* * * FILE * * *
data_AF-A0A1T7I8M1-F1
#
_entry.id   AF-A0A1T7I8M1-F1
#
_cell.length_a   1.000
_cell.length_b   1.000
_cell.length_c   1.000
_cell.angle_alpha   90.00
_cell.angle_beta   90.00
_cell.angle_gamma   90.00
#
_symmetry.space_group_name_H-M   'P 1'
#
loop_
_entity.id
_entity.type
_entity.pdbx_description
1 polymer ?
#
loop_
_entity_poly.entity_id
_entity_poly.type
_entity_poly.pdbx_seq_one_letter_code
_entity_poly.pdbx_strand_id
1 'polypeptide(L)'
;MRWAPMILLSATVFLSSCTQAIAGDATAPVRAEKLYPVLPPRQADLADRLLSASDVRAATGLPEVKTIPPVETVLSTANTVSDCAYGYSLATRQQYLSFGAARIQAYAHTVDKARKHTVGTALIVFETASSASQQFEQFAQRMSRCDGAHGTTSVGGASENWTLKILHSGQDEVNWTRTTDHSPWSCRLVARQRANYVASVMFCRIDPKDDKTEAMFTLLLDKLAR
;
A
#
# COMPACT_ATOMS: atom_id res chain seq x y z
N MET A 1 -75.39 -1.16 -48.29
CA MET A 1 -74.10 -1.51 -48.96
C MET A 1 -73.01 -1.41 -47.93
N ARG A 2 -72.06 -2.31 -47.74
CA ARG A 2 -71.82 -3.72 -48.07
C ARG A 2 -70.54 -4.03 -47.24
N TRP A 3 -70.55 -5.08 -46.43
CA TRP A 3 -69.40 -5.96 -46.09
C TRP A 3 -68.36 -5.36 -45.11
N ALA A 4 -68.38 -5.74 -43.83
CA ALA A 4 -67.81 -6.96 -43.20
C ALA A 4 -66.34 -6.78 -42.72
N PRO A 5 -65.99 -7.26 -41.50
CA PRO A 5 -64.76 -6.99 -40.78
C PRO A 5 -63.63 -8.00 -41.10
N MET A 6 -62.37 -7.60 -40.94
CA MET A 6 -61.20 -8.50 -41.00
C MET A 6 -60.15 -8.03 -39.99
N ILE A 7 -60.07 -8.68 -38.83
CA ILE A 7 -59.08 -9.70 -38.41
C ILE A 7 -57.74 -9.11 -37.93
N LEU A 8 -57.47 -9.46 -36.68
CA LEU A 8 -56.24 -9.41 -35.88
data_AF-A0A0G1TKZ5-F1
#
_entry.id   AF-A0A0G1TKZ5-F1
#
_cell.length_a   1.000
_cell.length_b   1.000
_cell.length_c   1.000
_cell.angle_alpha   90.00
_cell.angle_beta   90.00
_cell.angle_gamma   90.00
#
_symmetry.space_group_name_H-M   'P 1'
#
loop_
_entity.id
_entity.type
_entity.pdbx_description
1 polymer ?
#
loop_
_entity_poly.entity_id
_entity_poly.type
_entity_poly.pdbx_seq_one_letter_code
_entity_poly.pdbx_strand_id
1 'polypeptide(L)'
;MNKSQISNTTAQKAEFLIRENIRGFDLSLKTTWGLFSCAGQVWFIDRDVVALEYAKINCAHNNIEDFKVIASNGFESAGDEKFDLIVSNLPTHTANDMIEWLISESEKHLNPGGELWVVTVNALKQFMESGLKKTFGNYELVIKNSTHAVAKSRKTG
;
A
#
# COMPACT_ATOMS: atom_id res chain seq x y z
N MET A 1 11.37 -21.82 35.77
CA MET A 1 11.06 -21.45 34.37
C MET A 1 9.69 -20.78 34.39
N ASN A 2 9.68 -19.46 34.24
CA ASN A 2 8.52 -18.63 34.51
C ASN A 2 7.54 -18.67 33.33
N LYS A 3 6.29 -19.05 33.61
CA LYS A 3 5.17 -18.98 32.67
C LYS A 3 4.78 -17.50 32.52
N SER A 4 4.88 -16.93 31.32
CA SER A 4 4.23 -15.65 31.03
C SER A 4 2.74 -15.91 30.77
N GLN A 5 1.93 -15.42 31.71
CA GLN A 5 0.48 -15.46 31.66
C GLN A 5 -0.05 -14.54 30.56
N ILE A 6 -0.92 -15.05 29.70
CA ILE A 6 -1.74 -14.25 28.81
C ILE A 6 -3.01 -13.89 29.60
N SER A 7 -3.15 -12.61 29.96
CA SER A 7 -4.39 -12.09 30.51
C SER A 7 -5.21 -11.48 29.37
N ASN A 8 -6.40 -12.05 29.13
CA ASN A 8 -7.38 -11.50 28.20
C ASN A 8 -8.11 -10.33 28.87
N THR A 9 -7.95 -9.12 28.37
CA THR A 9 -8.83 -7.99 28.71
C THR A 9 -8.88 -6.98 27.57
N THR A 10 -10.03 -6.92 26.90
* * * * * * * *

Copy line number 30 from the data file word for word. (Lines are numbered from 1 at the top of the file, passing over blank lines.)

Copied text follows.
# COMPACT_ATOMS: atom_id res chain seq x y z